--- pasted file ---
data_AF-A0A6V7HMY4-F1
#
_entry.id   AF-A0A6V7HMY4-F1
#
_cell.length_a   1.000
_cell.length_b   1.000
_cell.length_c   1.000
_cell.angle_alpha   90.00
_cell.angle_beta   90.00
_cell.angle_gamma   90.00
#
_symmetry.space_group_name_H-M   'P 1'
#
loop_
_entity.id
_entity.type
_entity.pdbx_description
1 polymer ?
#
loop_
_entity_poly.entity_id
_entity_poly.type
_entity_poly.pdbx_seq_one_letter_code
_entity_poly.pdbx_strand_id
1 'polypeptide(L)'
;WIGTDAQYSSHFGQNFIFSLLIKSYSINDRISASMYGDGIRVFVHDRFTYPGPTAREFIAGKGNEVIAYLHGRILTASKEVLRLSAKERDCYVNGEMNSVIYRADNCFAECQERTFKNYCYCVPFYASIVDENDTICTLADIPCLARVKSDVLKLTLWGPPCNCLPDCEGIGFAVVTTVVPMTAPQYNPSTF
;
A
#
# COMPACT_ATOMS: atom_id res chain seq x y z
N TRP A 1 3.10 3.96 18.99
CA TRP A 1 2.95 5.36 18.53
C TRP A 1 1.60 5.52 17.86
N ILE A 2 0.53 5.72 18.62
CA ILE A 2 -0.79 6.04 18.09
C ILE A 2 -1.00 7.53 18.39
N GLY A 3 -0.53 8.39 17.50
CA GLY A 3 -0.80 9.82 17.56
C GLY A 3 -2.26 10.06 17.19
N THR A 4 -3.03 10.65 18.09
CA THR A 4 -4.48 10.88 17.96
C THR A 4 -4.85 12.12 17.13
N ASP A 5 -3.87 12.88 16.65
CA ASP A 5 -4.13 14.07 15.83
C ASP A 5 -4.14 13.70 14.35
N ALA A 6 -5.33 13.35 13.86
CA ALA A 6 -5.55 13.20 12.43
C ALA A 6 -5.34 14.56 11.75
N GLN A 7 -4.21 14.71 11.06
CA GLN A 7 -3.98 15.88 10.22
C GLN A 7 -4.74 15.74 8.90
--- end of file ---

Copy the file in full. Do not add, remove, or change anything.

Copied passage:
data_AF-A0A6V7HMY4-F1
#
_entry.id   AF-A0A6V7HMY4-F1
#
_cell.length_a   1.000
_cell.length_b   1.000
_cell.length_c   1.000
_cell.angle_alpha   90.00
_cell.angle_beta   90.00
_cell.angle_gamma   90.00
#
_symmetry.space_group_name_H-M   'P 1'
#
loop_
_entity.id
_entity.type
_entity.pdbx_description
1 polymer ?
#
loop_
_entity_poly.entity_id
_entity_poly.type
_entity_poly.pdbx_seq_one_letter_code
_entity_poly.pdbx_strand_id
1 'polypeptide(L)'
;WIGTDAQYSSHFGQNFIFSLLIKSYSINDRISASMYGDGIRVFVHDRFTYPGPTAREFIAGKGNEVIAYLHGRILTASKEVLRLSAKERDCYVNGEMNSVIYRADNCFAECQERTFKNYCYCVPFYASIVDENDTICTLADIPCLARVKSDVLKLTLWGPPCNCLPDCEGIGFAVVTTVVPMTAPQYNPSTF
;
A
#
# COMPACT_ATOMS: atom_id res chain seq x y z
N TRP A 1 3.10 3.96 18.99
CA TRP A 1 2.95 5.36 18.53
C TRP A 1 1.60 5.52 17.86
N ILE A 2 0.53 5.72 18.62
CA ILE A 2 -0.79 6.04 18.09
C ILE A 2 -1.00 7.53 18.39
N GLY A 3 -0.53 8.39 17.50
CA GLY A 3 -0.80 9.82 17.56
C GLY A 3 -2.26 10.06 17.19
N THR A 4 -3.03 10.65 18.09
CA THR A 4 -4.48 10.88 17.96
C THR A 4 -4.85 12.12 17.13
N ASP A 5 -3.87 12.88 16.65
CA ASP A 5 -4.13 14.07 15.83
C ASP A 5 -4.14 13.70 14.35
N ALA A 6 -5.33 13.35 13.86
CA ALA A 6 -5.55 13.20 12.43
C ALA A 6 -5.34 14.56 11.75
N GLN A 7 -4.21 14.71 11.06
CA GLN A 7 -3.98 15.88 10.22
C GLN A 7 -4.74 15.74 8.90